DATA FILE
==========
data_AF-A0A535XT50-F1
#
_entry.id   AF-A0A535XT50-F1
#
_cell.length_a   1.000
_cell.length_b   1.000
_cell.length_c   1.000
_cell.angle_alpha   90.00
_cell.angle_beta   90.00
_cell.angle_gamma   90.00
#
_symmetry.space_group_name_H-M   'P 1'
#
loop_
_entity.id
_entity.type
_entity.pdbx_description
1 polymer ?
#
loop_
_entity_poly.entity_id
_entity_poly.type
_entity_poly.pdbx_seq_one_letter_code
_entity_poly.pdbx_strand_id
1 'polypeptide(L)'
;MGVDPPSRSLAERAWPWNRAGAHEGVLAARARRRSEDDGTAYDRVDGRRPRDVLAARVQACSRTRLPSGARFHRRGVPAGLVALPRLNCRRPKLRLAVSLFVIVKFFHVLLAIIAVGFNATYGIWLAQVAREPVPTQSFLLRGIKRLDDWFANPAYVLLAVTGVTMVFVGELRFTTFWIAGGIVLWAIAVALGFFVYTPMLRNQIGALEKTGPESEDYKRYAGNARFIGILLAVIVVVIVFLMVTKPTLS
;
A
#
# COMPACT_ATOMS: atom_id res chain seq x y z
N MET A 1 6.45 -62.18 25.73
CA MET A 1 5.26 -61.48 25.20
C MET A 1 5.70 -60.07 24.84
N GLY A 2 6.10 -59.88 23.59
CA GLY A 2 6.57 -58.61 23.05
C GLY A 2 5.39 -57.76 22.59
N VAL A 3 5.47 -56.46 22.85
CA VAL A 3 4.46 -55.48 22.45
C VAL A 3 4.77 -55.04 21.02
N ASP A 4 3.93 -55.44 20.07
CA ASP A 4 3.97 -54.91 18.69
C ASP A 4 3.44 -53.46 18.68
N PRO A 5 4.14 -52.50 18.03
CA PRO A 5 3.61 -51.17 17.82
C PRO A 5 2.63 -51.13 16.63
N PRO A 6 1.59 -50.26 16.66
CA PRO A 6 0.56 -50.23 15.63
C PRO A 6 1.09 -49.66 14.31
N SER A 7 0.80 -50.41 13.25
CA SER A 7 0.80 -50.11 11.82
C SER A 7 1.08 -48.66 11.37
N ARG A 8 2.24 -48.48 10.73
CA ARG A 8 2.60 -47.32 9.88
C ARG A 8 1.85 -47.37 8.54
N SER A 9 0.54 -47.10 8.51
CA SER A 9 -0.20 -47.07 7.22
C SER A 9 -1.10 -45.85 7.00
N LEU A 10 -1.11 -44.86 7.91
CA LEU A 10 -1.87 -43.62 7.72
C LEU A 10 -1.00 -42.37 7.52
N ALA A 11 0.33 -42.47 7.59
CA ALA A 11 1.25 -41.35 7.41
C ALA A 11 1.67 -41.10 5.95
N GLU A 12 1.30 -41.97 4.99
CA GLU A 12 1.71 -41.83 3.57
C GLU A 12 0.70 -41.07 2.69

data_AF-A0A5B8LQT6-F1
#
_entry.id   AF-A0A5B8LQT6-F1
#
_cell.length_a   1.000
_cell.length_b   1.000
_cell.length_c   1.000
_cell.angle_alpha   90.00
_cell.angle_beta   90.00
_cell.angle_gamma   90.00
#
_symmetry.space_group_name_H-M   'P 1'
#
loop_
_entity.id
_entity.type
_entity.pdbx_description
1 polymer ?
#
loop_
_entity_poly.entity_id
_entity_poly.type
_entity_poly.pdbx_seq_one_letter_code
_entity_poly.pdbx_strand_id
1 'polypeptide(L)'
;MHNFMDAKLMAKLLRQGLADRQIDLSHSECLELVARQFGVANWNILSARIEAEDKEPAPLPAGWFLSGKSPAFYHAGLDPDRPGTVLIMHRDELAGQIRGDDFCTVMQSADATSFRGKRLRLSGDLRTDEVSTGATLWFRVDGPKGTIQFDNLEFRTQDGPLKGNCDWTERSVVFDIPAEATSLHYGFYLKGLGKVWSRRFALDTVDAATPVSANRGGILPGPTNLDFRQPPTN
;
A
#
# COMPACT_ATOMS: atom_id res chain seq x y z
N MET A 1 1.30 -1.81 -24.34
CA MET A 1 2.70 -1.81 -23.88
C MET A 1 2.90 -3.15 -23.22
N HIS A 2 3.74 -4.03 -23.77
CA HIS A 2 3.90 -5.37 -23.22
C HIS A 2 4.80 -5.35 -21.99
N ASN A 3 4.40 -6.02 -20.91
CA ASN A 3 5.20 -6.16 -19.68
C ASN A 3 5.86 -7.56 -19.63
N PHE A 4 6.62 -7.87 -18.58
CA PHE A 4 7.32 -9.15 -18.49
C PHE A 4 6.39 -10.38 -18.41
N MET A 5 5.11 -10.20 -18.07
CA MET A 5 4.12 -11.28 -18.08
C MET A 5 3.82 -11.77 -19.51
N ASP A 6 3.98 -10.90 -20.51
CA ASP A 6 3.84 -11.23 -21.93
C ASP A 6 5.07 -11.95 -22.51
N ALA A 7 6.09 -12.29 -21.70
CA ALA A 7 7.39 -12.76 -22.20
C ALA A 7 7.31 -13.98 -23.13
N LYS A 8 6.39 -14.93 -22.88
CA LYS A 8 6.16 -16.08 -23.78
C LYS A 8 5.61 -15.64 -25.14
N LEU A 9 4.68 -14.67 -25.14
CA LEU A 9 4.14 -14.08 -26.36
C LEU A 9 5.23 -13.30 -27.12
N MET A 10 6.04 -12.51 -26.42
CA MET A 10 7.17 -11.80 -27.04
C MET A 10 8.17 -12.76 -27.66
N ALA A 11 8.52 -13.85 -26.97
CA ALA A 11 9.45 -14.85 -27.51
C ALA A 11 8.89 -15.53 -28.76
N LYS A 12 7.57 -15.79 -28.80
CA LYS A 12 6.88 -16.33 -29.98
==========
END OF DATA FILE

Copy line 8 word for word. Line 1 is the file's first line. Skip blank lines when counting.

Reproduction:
_cell.angle_alpha   90.00